Gays, horses, bimbos, and bestiality.

Science, technology, and life.
May 4 2007 11:58 PM

Bareback Mountain

Gays, horses, bimbos, and bestiality.

Still from Zoo. Click image to expand.

First comes sodomy. Then incest, polygamy, and pedophilia. That, the preachers warn us, is how society slides into ruin.

William Saletan William Saletan

Will Saletan writes about politics, science, technology, and other stuff for Slate. He’s the author of Bearing Right.

Now, the final depravity: bestiality.


Zoo, a movie about zoophiles—people who eroticize animals—opened today in Los Angeles, a week after its debut in New York. The Traditional Values Coalition denounces  it as an attempt "to normalize bestiality as simply another sexual orientation." The American Family Association has threatened to boycott  any company that promotes it. Right-wing blogs are blaming Will and Grace, Heather Has Two Mommies, and Brokeback Mountain  for paving this road to hell. Rush Limbaugh, whose mockery of zoophiles is woven into the movie, compares them to gay men who fornicate in public restrooms.

It's an equation as old as Leviticus. Thou shalt not lie with mankind as with womankind: It is abomination. Neither shalt thou lie with any beast to defile thyself therewith: Neither shall any woman stand before a beast to lie down thereto: It is confusion. But the confusion, it turns out, is between homosexuality and bestiality. The zoophiles in the movie—men who have sex with horses—don't think like gay men. They think more like Limbaugh.

Conservatives have long feared that homosexuality would lead to other perversions. Zoo, they suspect, proves it. "The moral relativism that advocates an equality between normal sexual relations and aberrant homosexual relations is what has made movies such as this possible," complains  one blog. But Zoo isn't about equality. It's about inequality. It gets inside the heads of the horse fetishists, exploring their peculiar mentality. At the core of that mentality is a craving for otherness. Zoophilia isn't homo. It's hetero. Very hetero.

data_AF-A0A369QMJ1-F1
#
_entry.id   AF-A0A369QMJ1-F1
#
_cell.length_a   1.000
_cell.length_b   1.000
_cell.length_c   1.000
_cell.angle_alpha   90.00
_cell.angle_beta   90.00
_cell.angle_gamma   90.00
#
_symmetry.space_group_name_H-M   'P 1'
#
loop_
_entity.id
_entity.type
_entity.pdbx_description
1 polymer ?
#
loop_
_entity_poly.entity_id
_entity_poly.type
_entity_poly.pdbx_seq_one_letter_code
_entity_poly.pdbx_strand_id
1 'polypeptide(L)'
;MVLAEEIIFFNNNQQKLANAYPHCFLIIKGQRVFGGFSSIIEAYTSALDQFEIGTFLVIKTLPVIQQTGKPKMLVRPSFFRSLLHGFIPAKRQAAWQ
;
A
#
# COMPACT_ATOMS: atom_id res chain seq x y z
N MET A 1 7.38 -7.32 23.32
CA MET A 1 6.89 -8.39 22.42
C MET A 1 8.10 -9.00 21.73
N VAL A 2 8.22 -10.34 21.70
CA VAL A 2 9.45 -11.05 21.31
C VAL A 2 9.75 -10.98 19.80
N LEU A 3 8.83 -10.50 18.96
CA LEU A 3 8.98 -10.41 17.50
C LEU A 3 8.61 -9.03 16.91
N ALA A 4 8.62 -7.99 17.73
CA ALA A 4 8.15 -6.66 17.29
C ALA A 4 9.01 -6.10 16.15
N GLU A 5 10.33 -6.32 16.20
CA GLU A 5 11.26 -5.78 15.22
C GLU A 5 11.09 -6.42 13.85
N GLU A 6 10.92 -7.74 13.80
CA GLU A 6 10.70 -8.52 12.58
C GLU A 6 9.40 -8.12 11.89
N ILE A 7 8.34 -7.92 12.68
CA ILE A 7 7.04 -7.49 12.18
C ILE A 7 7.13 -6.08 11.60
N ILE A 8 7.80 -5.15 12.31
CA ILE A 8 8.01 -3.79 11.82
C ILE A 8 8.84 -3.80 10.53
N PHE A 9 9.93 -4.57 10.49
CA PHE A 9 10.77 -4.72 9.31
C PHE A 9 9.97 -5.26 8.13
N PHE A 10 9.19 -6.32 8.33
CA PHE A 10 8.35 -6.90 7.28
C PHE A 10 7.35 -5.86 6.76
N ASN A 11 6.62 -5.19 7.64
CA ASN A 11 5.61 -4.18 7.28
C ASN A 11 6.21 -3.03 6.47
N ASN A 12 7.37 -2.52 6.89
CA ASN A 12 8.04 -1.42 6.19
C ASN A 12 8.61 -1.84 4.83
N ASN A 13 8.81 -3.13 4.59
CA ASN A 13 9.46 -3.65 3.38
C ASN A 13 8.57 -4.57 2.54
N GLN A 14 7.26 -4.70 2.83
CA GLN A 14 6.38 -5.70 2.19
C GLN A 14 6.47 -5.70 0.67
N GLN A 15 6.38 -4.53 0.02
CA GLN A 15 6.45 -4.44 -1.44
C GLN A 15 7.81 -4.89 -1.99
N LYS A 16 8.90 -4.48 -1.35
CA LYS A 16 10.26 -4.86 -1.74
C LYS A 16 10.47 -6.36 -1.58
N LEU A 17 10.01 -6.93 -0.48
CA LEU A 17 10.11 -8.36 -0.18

The men in the movie think their trysts are meaningful. "It's the love of animals—that's what zoophilia is," says one, a ranch hand who goes by his Internet alias, H. "It's just like if you love your wife." Another, who calls himself the Happy Horseman, ventures, "You're connecting with another intelligent being."

But the more the men talk, the more this pretense unravels. "I don't need a high level of emotional interaction," says a zoophile who goes by the name Coyote. The Happy Horseman agrees. A horse "has no idea what Tolstoy is, or Keats," he explains. "You can't discuss the difference between Monet and Picasso. That just doesn't exist for their world. It's a simpler, very plain world. And for those few moments, you kind of can get disconnected."

In other words, horses are bimbos. The ranch where the men gathered for equine sex, nestled under a mountain in the Pacific Northwest, was a place to get away from failed marriages and friendships. For some, the Happy Horseman recalls, going there meant, "I don't have to really deal with relationships."

The men think the sex is consensual, since the horses—sorry, but there's no other way to explain this—do the penetrating. "They don't care whether it's a filly underneath them or a human," Coyote says of the stallions. In this respect, the horses are no brighter than the local animal welfare officer, who, according to H, "doesn't know her ass from a hole in the ground." H yammers on about love, Buddhism, and taking good care of his animals. But when it's time to explain why he invited other zoophiles to the ranch, he says some of them might "just want to grab a horse by his nuts."

The most telling scene depicts one of the parties the men threw. One guy mixes drinks in a blender; another pulls red meat out of the freezer. "These were people I could trust," Coyote recalls fondly. H recounts his hospitality: "I'd invite them to my home, and I'd treat them like any other person that was in my house. I did summertime barbecues, Thanksgiving. I did Christmas dinners. One year we did a turkey and a ham."



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